Emma Tupper is a dedicated lawyer with a bright future. But when she takes a month-long leave of absence to go on an African vacation, she ends up facing unexpected consequences. After she falls ill and spends six months trapped in a remote village thanks to a devastating earthquake, Emma returns home to discover that her friends, boyfriend, and colleagues thought she was dead—and that her life has moved on without her.
As she struggles to re-create her old life, throwing herself into solving a big case for a client and trying to reclaim her beloved apartment from the handsome photographer who assumed her lease, everyone around her thinks she should take the opportunity to change. But is she willing to sacrifice her job, her relationships, and everything else she worked so hard to build?
In Forgotten, Catherine McKenzie tweaks a classic tale of discovering who we really are when everything that brings meaning to our lives is lost.
I've been reading Wuthering Heights and decided to take a break from it; so, I chose to go light and picked up my new copy of Forgotten by Catherine McKenzie. Now, I've read McKenzie's two other books, Spin (which I hated) and Arranged (which I enjoyed), so I knew that Forgotten could go either way. What I didn't expect, was that it would go nowhere and land smack in the middle between 'like' and 'dislike'. Oh well. It was still slightly entertaining, which means I didn't waste my time reading it - time being my evening from last night when I could have been watching Flipping Out (I hate Jeff!) or The Mindy Project ( Love Mindy Kaling!).
Well, as you found out from the synopsis provided above, the book is about starting over. Its about when life provides you with a somewhat clean slate from which you can start over - pick a new career, move to a new place, fall in love with someone new, etc. - sounds pretty good, right? However, not everyone embraces change and would rather keep trucking along in a life that just isn't bringing the Happy.
Emma is a lawyer who loves her job - arguing is her cup of tea and everyone knows it. When her mom passes away and leaves her a trip to Africa, she decides to go and experience the country her mother always wanted to visit. However, an earthquake ruins the trip and Emma winds up staying five months longer than she had originally intended. During her time in Africa, she only contacts her best friend and boyfriend once. Cut off from the world, Emma spends her time helping to build a schoolhouse and grieving over the loss of her mother. When its finally an option to leave (earthquake devastated everything), she decides that its time to go home and back to her reality. Of course, being away for six months means that a lot of things can change, especially when no one has heard from you. Email accounts are shut down, ATM cards don't work, phone numbers no longer exist and apartments have been leased out, best friends are MIA, and boyfriends are now dating arch nemeses- what the frack? Seems like Emma has a lot of explaining to do and a lot of catching up to do.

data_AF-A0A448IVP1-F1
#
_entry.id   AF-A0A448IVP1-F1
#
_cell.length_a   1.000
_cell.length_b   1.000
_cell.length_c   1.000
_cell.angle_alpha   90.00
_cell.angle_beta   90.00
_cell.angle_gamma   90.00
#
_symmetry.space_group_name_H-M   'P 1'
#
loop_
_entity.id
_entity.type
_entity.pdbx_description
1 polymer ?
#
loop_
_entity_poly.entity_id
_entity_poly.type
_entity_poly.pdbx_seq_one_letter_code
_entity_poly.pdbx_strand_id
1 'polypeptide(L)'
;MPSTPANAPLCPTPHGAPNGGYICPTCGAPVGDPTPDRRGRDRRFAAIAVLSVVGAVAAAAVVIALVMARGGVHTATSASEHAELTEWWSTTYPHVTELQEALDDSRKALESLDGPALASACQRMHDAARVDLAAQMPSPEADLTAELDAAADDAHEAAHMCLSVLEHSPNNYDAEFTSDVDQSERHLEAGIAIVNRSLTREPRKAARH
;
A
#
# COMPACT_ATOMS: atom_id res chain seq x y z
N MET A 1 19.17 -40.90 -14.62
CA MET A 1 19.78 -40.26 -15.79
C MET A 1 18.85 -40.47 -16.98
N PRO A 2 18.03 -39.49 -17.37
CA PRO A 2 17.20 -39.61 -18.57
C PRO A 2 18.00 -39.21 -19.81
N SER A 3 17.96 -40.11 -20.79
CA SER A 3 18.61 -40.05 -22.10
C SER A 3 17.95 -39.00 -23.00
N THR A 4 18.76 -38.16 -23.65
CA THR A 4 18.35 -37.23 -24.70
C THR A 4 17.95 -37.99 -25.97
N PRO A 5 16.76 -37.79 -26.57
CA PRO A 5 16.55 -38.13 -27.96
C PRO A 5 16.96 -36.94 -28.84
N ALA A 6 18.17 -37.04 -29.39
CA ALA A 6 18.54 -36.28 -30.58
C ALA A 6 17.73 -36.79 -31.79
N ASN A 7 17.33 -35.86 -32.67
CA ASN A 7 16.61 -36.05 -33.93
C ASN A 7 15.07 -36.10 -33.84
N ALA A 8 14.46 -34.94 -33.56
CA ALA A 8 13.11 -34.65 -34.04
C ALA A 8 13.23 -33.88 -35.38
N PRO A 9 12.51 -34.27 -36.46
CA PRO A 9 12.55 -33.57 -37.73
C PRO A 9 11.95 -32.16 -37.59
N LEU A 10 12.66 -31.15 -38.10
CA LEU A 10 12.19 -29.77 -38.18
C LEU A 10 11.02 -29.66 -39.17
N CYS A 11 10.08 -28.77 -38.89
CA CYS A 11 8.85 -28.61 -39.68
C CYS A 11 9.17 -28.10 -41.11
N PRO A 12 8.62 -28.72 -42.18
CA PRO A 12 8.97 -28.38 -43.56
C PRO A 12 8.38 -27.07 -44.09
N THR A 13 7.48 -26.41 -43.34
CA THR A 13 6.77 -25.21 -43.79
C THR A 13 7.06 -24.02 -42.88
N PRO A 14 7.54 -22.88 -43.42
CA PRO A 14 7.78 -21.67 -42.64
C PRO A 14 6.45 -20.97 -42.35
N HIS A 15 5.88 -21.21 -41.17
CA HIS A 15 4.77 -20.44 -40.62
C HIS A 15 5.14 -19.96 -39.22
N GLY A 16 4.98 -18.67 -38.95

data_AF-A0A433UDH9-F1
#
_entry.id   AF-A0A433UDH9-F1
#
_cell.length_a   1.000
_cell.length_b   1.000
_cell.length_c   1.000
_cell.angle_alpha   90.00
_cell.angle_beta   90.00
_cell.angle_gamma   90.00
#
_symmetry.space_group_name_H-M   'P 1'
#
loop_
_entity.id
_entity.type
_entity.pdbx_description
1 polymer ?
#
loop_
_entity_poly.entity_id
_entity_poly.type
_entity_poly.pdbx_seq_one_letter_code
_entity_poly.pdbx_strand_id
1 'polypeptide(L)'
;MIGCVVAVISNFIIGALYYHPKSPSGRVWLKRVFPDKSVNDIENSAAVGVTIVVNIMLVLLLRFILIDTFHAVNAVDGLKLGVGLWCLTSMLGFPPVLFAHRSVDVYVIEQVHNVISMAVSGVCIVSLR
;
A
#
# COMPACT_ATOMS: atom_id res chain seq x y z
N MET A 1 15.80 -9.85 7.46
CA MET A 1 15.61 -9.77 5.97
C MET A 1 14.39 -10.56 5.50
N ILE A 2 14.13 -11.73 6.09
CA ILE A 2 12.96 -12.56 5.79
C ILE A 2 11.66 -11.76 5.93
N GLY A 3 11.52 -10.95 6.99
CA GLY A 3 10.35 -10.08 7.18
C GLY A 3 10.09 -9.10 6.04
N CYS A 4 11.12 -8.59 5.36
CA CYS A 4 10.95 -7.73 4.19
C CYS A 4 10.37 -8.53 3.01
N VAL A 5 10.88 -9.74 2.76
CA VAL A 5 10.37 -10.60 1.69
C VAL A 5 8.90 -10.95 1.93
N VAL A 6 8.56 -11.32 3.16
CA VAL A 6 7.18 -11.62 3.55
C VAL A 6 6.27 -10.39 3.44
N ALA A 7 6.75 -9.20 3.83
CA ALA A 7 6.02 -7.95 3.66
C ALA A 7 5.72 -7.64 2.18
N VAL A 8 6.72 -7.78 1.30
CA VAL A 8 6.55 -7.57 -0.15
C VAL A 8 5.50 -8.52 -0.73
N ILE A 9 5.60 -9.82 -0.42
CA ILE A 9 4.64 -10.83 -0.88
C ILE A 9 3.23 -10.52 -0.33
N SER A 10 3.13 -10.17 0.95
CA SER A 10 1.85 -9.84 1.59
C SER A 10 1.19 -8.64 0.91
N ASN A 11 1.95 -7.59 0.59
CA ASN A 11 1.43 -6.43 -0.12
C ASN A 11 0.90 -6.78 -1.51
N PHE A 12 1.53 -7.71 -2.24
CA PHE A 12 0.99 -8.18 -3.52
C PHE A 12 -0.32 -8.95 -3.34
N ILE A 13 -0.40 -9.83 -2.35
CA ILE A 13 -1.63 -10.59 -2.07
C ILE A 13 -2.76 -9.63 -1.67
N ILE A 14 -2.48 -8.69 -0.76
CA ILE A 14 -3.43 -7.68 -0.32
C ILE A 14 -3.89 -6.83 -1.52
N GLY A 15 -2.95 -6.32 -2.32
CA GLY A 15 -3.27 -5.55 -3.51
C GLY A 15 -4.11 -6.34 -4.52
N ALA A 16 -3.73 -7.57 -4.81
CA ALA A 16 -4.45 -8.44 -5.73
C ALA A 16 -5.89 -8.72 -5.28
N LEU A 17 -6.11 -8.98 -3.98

Settling into her new, but still familiar old life, Emma is struggling to figure out how so much has changed since she's been gone. She realizes that even she's changed. And everyone keeps telling her to use this time to start over, to figure out what she really wants to do with her life. What they don't seem to understand is that Emma just wants her old life back. Or does she? Yeah, you can pretty much guess that Emma will still want some of the same things (like being a lawyer) in her life, but that she will also be open to accepting new people and things into her life now. Emma's time in Africa not only introduced her to some amazing people, but it also allowed her to grow in different ways. She's now able to recognize that her life is more than just her job; love is not based on convenience; and family is always there for you.
Okay, so the story itself was formulaic, and the characters were stereotypical, but the story still managed to make me smile. I wanted something light to read and that is precisely what I got in Forgotten. The book was easy to get through and held my interest just enough that I wanted to find out whether or not Emma would fall for Dominic (although, did I really need to wonder about that - as I mentioned, the book is formulaic, i.e. predictable!). The writing was okay, but nothing to write home about. In fact, I found the way things happened to be rather too unrealistic at times, which made me laugh at the ridiculousness of it all. Also, the majority of the plot is too predictable, so much so, that you can pretty much figure out what is about to happen right before it happens. Overall, the book was fun and although I won't remember it two days from now, I do appreciate it what it did for me - whet my appetite for something better to read (Wuthering Heights, The Legend of Sleepy Hollow, and whatever else I decide to pick up - perhaps, The Casual Vacancy or NW).
Thanks to the publisher for providing me with a copy of this book!